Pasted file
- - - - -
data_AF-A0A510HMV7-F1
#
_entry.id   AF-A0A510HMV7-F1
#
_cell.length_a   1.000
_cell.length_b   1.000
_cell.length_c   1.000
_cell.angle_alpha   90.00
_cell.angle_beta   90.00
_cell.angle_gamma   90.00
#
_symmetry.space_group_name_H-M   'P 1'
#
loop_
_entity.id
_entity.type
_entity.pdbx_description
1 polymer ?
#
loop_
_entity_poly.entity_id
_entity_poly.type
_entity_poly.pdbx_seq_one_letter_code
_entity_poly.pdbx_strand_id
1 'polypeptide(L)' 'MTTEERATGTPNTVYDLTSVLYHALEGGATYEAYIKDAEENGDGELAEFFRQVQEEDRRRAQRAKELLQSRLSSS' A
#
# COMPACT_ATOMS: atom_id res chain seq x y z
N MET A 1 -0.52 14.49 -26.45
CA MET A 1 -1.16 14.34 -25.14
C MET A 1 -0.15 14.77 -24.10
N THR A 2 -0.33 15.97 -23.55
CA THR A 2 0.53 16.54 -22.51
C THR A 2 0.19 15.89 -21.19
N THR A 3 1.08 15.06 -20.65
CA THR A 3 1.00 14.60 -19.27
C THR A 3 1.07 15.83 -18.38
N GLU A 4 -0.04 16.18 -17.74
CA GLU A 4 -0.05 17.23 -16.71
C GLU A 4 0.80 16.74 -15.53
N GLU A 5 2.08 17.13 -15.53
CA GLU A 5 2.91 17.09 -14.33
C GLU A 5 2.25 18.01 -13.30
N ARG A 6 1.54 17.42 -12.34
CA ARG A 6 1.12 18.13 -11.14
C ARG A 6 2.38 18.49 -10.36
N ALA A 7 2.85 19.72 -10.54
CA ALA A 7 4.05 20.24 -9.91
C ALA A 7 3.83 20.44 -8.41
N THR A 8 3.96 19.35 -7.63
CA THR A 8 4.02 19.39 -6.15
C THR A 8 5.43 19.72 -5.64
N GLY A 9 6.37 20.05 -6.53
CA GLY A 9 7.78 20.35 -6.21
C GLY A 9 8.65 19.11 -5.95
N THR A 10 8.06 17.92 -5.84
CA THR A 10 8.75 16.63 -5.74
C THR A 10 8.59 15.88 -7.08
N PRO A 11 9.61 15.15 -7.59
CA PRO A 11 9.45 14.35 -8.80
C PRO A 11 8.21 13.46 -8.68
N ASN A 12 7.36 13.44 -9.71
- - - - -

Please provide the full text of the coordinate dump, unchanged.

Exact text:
data_AF-A0A510HMV7-F1
#
_entry.id   AF-A0A510HMV7-F1
#
_cell.length_a   1.000
_cell.length_b   1.000
_cell.length_c   1.000
_cell.angle_alpha   90.00
_cell.angle_beta   90.00
_cell.angle_gamma   90.00
#
_symmetry.space_group_name_H-M   'P 1'
#
loop_
_entity.id
_entity.type
_entity.pdbx_description
1 polymer ?
#
loop_
_entity_poly.entity_id
_entity_poly.type
_entity_poly.pdbx_seq_one_letter_code
_entity_poly.pdbx_strand_id
1 'polypeptide(L)' 'MTTEERATGTPNTVYDLTSVLYHALEGGATYEAYIKDAEENGDGELAEFFRQVQEEDRRRAQRAKELLQSRLSSS' A
#
# COMPACT_ATOMS: atom_id res chain seq x y z
N MET A 1 -0.52 14.49 -26.45
CA MET A 1 -1.16 14.34 -25.14
C MET A 1 -0.15 14.77 -24.10
N THR A 2 -0.33 15.97 -23.55
CA THR A 2 0.53 16.54 -22.51
C THR A 2 0.19 15.89 -21.19
N THR A 3 1.08 15.06 -20.65
CA THR A 3 1.00 14.60 -19.27
C THR A 3 1.07 15.83 -18.38
N GLU A 4 -0.04 16.18 -17.74
CA GLU A 4 -0.05 17.23 -16.71
C GLU A 4 0.80 16.74 -15.53
N GLU A 5 2.08 17.13 -15.53
CA GLU A 5 2.91 17.09 -14.33
C GLU A 5 2.25 18.01 -13.30
N ARG A 6 1.54 17.42 -12.34
CA ARG A 6 1.12 18.13 -11.14
C ARG A 6 2.38 18.49 -10.36
N ALA A 7 2.85 19.72 -10.54
CA ALA A 7 4.05 20.24 -9.91
C ALA A 7 3.83 20.44 -8.41
N THR A 8 3.96 19.35 -7.63
CA THR A 8 4.02 19.39 -6.15
C THR A 8 5.43 19.72 -5.64
N GLY A 9 6.37 20.05 -6.53
CA GLY A 9 7.78 20.35 -6.21
C GLY A 9 8.65 19.11 -5.95
N THR A 10 8.06 17.92 -5.84
CA THR A 10 8.75 16.63 -5.74
C THR A 10 8.59 15.88 -7.08
N PRO A 11 9.61 15.15 -7.59
CA PRO A 11 9.45 14.35 -8.80
C PRO A 11 8.21 13.46 -8.68
N ASN A 12 7.36 13.44 -9.71